Tag Archive for reading skills

Martha Speaks: Summer Fun

Written by Susan Meddaugh

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What’s more fun than a talking dog? Martha, the talking dog, certainly has an amusing view of the world. She also has a sneaky way of teaching a lot, given that she doesn’t quite understand the human world. Based on the PBS series, this is a collection of three stories, each by a different author. First, one of Martha’s human friends mistakenly uses a self-tanning lotion instead of her usual sunscreen. When she uses it to excess, her skin turns embarrassingly orange. To make her feel better, Martha talks all the other kids into adopting the same orange glow. And the friend feels better. Next, Martha learns of her lupine heritage and decides to become a pack animal. Her canine friends opt out when they find that comfort comes first: food, bed, and television. Martha returns to her pack, the other members of which are human. Last, Martha does her best to be endearing to her human grandmother, only to take several missteps. Martha can’t quite figure out an appropriate birthday gift. But Grandma recognizes her efforts and rewards her. Not only are the stories fun and informative, the illustrations are winners too. The reader can feel like part of the action.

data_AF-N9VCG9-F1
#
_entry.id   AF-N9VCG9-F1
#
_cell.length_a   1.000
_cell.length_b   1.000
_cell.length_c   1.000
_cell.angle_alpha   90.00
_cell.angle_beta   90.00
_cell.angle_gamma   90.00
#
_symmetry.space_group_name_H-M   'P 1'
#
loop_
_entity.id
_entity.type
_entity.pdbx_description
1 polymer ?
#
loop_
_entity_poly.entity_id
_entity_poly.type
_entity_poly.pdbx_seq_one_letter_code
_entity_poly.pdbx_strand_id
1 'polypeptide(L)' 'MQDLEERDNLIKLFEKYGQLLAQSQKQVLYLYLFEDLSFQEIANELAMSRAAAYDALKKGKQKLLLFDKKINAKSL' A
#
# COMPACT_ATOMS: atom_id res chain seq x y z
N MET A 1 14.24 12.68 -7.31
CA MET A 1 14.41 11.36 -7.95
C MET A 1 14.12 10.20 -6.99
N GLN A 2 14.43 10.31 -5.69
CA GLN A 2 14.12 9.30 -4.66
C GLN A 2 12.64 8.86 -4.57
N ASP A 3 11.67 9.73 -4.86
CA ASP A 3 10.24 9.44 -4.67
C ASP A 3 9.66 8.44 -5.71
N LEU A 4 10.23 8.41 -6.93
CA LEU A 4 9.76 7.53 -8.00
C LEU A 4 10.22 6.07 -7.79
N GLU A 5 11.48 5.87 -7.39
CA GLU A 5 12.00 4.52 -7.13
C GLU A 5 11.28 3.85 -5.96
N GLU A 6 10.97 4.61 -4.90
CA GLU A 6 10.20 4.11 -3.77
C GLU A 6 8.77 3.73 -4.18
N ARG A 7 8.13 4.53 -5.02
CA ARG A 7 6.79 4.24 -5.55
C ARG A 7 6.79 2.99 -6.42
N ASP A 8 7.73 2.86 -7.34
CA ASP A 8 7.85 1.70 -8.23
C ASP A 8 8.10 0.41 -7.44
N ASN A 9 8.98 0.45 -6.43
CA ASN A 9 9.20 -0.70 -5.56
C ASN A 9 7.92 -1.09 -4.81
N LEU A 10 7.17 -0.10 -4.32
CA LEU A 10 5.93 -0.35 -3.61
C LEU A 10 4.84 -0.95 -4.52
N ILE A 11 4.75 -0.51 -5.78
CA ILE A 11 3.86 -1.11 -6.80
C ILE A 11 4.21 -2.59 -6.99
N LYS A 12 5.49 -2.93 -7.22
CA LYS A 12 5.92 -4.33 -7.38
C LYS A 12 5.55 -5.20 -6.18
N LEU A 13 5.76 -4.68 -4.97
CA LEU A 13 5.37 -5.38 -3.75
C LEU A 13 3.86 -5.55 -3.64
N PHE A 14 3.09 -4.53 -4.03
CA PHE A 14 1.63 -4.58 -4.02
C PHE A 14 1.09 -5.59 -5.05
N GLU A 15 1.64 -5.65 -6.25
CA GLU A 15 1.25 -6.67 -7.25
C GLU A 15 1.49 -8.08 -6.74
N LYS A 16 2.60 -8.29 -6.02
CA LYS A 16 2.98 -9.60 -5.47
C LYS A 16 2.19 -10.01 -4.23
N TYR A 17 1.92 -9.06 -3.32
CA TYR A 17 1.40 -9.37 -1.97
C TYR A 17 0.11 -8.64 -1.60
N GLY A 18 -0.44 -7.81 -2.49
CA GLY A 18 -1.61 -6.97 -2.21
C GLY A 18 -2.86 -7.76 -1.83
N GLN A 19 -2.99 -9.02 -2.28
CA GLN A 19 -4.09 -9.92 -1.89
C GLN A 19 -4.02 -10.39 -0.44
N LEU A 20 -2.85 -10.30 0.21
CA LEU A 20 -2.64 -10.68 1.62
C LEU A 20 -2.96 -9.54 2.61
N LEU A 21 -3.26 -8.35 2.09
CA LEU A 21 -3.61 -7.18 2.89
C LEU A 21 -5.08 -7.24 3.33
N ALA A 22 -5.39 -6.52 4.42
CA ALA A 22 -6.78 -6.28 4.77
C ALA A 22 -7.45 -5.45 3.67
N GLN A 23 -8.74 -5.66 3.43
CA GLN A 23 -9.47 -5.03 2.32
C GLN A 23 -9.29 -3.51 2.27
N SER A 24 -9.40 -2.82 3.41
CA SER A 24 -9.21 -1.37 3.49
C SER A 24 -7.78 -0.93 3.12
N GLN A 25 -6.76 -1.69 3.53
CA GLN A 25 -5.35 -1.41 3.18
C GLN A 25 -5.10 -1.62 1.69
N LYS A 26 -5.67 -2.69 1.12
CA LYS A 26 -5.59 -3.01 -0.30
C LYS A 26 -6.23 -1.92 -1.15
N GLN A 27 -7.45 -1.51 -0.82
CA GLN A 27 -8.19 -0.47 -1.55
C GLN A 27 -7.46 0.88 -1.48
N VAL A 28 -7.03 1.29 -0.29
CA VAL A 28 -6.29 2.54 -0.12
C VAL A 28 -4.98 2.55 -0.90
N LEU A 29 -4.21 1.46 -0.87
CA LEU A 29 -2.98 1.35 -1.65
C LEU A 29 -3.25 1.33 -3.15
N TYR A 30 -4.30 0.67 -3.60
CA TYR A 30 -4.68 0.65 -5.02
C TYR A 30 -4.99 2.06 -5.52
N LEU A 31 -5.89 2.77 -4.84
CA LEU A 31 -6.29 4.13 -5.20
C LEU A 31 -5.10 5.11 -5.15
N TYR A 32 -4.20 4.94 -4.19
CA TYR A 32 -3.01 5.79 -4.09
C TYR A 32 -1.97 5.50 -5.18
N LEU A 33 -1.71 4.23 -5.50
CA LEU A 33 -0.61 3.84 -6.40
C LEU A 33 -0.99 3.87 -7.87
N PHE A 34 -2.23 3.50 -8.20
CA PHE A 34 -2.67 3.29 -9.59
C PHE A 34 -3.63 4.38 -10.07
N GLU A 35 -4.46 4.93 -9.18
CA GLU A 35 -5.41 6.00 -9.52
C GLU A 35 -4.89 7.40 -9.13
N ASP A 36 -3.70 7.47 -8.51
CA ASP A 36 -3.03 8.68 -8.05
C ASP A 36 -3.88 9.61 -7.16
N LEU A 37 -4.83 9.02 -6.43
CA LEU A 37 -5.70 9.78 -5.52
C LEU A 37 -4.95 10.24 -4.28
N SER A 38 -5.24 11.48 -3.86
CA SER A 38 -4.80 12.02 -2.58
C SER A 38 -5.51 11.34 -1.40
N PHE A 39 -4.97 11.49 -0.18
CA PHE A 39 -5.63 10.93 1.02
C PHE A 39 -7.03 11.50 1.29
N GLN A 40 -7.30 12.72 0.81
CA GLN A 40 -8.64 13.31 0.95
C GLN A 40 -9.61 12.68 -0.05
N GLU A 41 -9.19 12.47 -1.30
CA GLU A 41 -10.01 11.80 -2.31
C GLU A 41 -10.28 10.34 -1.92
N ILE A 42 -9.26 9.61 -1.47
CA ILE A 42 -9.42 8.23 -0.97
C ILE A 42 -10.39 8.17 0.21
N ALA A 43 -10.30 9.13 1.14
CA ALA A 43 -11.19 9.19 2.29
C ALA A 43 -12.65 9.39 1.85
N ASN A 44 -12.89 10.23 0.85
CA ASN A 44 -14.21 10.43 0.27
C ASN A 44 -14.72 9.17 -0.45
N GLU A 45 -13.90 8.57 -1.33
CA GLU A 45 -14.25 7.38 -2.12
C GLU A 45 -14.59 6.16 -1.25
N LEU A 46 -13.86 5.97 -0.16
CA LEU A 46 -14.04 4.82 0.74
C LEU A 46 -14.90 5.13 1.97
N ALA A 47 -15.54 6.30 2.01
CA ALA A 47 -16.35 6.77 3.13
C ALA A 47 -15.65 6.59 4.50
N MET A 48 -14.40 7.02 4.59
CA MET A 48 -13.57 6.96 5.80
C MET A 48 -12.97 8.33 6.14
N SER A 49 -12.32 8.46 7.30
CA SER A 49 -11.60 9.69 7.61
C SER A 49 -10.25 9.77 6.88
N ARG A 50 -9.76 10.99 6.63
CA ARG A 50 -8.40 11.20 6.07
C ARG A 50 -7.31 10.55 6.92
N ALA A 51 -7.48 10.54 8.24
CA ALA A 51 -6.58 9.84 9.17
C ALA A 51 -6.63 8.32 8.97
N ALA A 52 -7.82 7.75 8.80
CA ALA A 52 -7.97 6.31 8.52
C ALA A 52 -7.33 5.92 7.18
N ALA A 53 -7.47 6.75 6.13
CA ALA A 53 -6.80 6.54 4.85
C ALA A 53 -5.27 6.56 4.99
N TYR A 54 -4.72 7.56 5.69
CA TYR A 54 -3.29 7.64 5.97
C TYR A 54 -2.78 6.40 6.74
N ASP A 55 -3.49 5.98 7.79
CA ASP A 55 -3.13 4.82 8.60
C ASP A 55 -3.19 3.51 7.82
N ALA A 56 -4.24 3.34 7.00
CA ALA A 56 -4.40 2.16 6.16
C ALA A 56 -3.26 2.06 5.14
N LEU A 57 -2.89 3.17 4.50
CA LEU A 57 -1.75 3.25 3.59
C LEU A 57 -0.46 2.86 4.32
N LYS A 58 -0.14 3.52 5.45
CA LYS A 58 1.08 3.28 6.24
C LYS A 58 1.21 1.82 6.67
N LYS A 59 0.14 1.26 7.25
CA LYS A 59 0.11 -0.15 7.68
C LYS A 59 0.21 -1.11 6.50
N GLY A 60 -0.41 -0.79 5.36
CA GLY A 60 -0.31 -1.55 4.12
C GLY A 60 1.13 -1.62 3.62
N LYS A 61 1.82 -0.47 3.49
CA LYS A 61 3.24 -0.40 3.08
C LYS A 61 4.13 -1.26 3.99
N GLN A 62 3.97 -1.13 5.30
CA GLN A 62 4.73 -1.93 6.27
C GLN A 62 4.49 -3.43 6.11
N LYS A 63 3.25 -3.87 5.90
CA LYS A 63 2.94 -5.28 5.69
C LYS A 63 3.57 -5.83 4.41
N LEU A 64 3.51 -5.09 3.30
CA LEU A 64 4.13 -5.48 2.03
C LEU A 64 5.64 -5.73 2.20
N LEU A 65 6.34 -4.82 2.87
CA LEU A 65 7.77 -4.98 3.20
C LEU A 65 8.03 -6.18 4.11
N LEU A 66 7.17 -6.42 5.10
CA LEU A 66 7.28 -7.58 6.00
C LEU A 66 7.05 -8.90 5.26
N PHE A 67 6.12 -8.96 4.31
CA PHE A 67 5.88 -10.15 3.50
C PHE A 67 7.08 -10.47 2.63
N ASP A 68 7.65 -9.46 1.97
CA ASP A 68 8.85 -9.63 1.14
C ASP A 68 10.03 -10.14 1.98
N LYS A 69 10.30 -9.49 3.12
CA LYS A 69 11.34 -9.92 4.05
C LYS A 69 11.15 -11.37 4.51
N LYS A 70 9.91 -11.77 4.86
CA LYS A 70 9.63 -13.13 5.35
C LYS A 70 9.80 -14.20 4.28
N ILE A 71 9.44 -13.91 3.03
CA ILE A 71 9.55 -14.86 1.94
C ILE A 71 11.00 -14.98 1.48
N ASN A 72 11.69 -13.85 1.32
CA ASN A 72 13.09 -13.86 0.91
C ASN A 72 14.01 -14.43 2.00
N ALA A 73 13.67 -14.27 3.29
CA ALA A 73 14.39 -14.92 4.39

Not surprisingly, Martha Speaks books have tons of added value for second grade readers. In addition to the popular television show, Martha Speaks, the show has an excellent website, www.pbskids.org/martha, which is loaded with information for parents and teachers and reading activities. Martha also has her own website, www.marthathetalkingdog.com; and the publisher’s website (www.hmhbooks.com) is useful to help increase reading skills and comprehension.

  • Martha SpeaksTITLE: Martha Speaks: Summer Fun 
  • AUTHORS: Susan Meddaugh
  • PUBLISHER: Houghton Mifflin Harcourt
  • REVIEWER: Sue Poduska
  • EDITION: 2013
  • ISBN: 978-0-547-97025-7
  • GENRE: Paperback, Animals, Humor
  • LEXILE: 480

Crankee Doodle

Written by Tom Angleberger

Illustrated by Cece Bell